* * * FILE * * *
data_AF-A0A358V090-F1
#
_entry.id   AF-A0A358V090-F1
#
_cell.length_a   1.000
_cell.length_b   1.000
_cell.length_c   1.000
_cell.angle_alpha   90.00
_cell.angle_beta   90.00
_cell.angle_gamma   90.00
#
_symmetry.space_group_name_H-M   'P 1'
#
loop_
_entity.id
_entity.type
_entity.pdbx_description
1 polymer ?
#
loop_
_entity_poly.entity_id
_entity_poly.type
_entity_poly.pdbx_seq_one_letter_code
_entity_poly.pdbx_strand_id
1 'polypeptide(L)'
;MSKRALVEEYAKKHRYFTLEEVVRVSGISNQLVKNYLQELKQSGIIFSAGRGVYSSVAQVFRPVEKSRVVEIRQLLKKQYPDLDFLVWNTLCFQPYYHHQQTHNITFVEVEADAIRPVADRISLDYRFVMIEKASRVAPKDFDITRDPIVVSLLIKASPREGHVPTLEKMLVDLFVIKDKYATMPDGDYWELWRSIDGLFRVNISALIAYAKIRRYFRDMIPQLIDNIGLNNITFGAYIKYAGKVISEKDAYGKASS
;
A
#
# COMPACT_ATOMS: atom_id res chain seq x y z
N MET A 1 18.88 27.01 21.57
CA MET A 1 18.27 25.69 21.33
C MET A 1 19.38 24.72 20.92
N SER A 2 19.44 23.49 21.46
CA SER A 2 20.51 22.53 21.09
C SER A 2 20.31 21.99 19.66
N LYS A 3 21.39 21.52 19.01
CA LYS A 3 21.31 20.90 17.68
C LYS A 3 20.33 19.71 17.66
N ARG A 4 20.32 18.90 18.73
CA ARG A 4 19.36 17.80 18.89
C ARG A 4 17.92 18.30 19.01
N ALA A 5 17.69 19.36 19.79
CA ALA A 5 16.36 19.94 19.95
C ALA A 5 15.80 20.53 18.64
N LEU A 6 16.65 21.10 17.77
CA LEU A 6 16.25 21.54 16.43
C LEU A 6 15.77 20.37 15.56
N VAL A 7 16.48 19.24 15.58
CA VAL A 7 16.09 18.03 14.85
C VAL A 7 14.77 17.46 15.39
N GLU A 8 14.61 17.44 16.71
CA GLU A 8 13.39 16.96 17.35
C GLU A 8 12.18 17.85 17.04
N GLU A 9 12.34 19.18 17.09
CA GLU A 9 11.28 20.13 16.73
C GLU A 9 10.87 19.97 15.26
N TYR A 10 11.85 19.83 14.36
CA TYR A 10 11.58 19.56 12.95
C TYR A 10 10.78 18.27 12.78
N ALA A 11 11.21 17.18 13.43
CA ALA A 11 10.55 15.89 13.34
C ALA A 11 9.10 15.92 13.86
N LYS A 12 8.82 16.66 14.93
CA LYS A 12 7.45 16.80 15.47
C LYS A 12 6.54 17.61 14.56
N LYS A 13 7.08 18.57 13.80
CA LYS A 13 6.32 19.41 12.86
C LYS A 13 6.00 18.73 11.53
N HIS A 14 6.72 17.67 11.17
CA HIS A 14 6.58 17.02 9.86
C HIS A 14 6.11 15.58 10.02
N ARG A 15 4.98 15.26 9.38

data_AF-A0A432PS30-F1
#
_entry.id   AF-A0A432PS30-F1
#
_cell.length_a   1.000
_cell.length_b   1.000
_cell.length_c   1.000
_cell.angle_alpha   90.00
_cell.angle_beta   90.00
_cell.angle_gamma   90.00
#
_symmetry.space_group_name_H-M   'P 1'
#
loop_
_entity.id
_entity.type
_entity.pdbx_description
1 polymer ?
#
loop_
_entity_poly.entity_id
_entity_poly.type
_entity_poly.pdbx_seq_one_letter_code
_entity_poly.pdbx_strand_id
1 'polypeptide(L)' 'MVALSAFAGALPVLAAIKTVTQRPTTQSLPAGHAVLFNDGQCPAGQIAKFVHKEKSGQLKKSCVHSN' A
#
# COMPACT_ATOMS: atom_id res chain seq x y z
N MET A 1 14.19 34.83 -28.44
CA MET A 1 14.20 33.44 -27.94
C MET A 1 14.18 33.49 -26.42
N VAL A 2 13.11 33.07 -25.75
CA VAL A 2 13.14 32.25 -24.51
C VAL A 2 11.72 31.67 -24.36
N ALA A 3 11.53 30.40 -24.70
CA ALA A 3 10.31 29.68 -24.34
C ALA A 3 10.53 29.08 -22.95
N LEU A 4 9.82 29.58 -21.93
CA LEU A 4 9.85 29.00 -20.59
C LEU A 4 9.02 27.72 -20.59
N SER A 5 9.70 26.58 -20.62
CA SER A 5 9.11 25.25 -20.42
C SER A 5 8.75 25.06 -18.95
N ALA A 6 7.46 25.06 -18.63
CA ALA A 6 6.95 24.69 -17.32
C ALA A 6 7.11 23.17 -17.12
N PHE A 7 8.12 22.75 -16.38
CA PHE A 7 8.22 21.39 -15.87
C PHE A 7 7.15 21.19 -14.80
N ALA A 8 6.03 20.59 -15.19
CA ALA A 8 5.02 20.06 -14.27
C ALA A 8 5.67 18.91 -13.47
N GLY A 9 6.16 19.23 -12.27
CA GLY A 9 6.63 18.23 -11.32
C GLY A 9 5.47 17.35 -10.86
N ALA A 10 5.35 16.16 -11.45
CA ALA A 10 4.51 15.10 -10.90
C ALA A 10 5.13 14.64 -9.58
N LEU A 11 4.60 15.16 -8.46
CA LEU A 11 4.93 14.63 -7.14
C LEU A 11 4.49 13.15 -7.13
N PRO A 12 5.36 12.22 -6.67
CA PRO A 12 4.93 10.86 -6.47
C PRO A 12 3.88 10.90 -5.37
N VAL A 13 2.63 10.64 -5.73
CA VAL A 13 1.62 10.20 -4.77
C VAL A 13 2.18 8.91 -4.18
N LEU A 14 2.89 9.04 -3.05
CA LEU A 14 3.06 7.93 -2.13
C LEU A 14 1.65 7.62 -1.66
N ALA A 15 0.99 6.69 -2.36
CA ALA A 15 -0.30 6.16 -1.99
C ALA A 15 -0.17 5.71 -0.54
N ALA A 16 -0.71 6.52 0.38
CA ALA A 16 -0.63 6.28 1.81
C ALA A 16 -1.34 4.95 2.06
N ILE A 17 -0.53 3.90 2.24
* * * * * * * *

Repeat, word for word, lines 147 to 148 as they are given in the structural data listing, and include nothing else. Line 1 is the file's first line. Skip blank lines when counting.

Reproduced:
CA ALA A 16 -0.63 6.28 1.81
C ALA A 16 -1.34 4.95 2.06